To avert unwanted skirmishes ASEAN and China need a Code of Conduct in the disputed South China Sea. At the same time Manila must make Beijing comply with the UN ruling on their maritime row. The issues are joined. As chairman of ASEAN’s 50th year this 2017, Manila can lead the crafting of the COC. The accord can draw from the UN ruling that is based on international law. This week is the chance, during the ASEAN Ministers Meeting hosted by Manila.
But the parties are bogged down on a mere “Framework” or outline of a COC. Time is ticking away. Manila will not have this moment to push for the COC and Beijing’s compliance till its next ASEAN chairmanship in ten years.
Having helped win the Philippine case in the UN, Supreme Court Senior Justice Antonio T. Carpio suggests ways to move forward and avoid pitfalls. He presented these to the Stratbase-Albert del Rosario Institute on the anniversary of Manila’s victory. Serialized here in four parts:
The historic arbitral ruling issued one year ago on 12 July 2016 was overwhelmingly in favor of the Philippines and against China. The ruling was jubilantly received in Hanoi, which benefits immensely as it invalidates China’s nine-dashed lines. But in Manila, the stunning victory became strangely orphaned. The Duterte Administration refused to celebrate even though the ruling legally secured for the Philippines a maritime zone larger than its land area.
Six months later President Duterte announced he was “setting aside” the ruling in favor of better economic relations with China. I was aghast at the President’s use of the phrase “setting aside.” In law to “set aside” a ruling means to nullify, void or abandon it. I sounded the alarm for the Dept. of Foreign Affairs to immediately clarify the President’s statement. If accepted by China, his statement would legally bind the Philippines under the doctrine in international law on unilateral declarations by heads of state.
The DFA promptly clarified that there was no abandonment of the ruling. The clarification was issued just a few hours before China warmly accepted the President’s statement. This prevented it from becoming legally binding on the Philippines. We escaped a self-inflicted national disaster by the skin of our teeth.
This incident explains vividly Philippine foreign policy on the South China Sea dispute after the arbitral ruling – a policy without discernable direction, coherence or vision, a policy that relies more on improvisation than long-term strategy. The Chief Architect of our foreign policy is not the DFA but the President.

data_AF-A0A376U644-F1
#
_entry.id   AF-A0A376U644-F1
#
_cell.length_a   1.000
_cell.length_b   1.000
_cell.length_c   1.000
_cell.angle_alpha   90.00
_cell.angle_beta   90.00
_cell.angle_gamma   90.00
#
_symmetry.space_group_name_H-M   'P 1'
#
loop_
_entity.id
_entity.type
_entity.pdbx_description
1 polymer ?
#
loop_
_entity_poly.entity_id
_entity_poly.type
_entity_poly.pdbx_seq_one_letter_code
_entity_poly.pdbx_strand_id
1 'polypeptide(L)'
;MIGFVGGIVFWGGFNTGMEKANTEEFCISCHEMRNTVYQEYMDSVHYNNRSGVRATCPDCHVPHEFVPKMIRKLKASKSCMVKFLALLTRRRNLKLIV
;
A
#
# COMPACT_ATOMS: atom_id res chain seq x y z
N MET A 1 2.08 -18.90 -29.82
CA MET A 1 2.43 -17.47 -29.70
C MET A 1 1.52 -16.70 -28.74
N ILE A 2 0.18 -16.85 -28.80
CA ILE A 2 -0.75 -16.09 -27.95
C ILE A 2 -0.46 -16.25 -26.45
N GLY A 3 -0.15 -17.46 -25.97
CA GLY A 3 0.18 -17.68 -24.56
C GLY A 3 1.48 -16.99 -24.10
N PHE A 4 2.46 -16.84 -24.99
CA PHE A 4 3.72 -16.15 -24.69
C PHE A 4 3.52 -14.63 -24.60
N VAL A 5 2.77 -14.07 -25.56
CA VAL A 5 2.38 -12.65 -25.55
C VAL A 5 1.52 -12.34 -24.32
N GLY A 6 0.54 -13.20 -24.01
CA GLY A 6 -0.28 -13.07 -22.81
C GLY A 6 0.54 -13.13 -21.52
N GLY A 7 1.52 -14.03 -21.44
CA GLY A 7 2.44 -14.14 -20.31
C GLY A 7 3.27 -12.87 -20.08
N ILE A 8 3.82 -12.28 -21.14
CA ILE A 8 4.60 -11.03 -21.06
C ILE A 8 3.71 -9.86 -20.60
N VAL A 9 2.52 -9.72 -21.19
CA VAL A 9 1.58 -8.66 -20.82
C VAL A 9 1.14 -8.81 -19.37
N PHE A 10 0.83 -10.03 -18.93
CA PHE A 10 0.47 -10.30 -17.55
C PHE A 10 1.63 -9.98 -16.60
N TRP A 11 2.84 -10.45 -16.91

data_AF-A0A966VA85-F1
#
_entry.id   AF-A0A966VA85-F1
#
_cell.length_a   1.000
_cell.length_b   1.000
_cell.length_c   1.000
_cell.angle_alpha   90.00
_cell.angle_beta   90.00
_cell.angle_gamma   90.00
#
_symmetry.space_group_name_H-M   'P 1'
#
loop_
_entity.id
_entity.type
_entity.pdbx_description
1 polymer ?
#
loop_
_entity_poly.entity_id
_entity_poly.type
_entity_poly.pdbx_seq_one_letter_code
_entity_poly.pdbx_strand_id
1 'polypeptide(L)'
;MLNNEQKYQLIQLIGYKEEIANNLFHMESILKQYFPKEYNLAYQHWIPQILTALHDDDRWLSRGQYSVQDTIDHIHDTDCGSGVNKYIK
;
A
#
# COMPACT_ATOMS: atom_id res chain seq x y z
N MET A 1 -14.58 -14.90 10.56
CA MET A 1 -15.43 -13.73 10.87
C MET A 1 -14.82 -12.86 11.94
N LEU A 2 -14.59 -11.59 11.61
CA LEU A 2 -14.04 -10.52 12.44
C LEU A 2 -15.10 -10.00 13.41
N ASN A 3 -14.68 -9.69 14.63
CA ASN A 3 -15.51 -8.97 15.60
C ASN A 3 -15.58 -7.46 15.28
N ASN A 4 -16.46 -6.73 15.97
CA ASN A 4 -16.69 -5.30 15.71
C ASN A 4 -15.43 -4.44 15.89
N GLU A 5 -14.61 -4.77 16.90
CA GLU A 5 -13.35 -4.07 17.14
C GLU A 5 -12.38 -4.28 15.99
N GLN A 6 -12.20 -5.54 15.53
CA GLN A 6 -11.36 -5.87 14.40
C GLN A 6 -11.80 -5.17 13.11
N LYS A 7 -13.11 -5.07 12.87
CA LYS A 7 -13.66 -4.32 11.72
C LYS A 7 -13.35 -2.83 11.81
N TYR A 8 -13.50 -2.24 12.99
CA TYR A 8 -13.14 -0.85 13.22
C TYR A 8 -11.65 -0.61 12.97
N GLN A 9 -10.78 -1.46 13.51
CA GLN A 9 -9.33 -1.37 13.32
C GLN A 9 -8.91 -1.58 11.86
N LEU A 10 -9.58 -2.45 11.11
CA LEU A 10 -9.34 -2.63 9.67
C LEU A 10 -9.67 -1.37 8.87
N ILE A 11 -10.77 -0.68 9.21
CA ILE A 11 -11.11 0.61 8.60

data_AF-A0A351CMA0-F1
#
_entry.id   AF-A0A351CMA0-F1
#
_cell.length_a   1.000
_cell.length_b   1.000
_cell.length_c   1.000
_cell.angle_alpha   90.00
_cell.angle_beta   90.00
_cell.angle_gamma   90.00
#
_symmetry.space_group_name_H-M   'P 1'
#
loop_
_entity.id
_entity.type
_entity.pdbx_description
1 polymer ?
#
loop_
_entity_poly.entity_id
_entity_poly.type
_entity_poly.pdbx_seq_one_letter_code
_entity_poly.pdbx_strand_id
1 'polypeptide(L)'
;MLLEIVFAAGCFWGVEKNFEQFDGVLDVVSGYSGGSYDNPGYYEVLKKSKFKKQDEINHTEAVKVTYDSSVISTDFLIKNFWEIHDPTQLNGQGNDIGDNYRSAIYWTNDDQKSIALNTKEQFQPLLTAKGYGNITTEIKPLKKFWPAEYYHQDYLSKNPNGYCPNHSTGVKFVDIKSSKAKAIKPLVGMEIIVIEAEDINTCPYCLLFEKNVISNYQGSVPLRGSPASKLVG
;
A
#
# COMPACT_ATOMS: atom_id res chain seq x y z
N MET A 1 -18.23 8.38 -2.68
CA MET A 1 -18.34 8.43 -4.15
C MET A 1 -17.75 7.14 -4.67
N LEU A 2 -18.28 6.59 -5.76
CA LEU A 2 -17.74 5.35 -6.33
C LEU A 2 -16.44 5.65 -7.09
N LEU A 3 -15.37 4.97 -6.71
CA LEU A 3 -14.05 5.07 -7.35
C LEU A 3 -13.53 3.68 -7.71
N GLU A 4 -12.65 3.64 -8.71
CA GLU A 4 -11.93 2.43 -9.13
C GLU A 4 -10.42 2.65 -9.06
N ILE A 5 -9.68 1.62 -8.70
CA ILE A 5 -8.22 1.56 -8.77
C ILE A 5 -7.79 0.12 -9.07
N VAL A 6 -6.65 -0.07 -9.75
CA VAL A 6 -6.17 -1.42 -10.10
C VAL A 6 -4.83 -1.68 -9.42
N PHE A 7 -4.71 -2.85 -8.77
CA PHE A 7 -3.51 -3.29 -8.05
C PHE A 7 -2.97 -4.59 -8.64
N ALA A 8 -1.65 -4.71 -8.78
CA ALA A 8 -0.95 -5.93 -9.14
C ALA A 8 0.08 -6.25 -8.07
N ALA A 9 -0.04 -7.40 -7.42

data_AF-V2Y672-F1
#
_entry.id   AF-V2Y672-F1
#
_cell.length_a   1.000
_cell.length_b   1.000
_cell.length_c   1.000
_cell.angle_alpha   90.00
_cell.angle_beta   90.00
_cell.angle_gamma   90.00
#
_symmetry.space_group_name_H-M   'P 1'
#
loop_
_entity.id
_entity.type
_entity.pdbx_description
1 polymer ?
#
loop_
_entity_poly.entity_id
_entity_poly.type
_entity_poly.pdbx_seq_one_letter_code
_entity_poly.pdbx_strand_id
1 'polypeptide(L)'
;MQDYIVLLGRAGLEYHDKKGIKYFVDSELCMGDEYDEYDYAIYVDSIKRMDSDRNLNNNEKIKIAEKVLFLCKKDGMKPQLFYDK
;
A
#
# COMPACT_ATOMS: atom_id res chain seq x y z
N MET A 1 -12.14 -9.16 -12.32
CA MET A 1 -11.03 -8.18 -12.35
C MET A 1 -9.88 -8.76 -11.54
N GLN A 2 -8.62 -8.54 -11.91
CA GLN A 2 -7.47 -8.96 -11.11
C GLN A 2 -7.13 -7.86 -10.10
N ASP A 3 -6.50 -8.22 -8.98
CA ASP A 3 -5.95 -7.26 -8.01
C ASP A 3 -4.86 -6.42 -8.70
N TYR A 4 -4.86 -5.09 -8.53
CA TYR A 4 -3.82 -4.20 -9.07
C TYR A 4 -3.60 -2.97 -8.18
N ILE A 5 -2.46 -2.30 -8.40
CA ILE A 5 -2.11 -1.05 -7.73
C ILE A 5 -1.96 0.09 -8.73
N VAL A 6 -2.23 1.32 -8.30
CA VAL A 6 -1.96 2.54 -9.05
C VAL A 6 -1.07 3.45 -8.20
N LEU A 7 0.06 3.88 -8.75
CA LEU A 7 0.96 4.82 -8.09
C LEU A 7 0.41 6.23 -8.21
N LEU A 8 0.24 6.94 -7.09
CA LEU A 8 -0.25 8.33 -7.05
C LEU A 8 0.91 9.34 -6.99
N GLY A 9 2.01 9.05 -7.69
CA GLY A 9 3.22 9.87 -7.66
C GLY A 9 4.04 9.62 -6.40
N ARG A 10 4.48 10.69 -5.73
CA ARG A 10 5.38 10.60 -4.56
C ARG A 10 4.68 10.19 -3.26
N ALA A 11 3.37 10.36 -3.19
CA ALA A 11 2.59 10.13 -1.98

I. Framework of the Code of Conduct
The Framework is simply a list of topics to be included in the draft that will be negotiated into a final COC. The Framework is just the skeleton of an agreement. From this skeleton, a draft agreement will be fleshed out, and from this draft a final agreement – the COC – will be hammered out by the parties.
Each topic in the Framework indicates the intent of a provision. E.g., under “Basic Undertakings,” the first item is “Duty to Cooperate,” second is “Promotion of Practical Maritime Confidence,” and third is “Prevention of Incidents.” Under “Prevention of Incidents,” there are two sub-items: “Confidence Building Measures” and “Hotlines.” The fourth item is “Management of Incidents,” with the sub-item “Hotlines.”
Lawyers would call the Framework “Heads of Agreement;” laymen would call it bullet points. The Framework is not the COC, not even the draft COC.
The Framework, as of May 2017, is simply a one-page set of bullet points. It comes 15 years after the ASEAN-China Declaration of Conduct was signed in 2002, which called for the negotiation of a COC. So, this one-page Framework is 15 years in the making, and it is still a skeleton of a draft agreement.
China has repeatedly stated it will sign a COC “at the appropriate time,” or “when the time is ripe.” In my assessment, that time is when it has completed its island-building activities in the SCS to create the air and naval bases it needs to control the SCS for economic and military purposes. That means a strategic triangle of air and naval bases on Woody Island, in the Spratlys, and in Scarborough Shoal. China already has air and naval bases on Woody Island and in the Spratlys. Thus, only one air and naval base is missing – in Scarborough Shoal – to complete China’s radar and anti-aircraft missile coverage of the entire SCS.
A Chinese air and naval base in Scarborough Shoal will protect the Bashi Channel as outlet to the Pacific for nuclear-armed submarines that are based in Hainan Island. The missiles of these Chinese submarines, if launched in the South China Sea, cannot reach the continental U.S.A. The submarines must transit the Bashi Channel and launch their missiles in the mid-Pacific. Securing the Bashi Channel is critical to China’s nuclear deterrent strategy.
The Framework, and its eventual transformation and signing as a COC, is a case of good news and bad news. When China says it is ready to sign the COC, it is of course good news. At the same time, it is bad news because it means China will soon reclaim Scarborough Shoal since China will sign the COC only after it completes its radar and anti-aircraft missile coverage of the entire SCS. Once the COC is signed, China will then demand a freeze by all disputant states on all island-building, reclamation and militarization in the SCS. (More on Wednesday)
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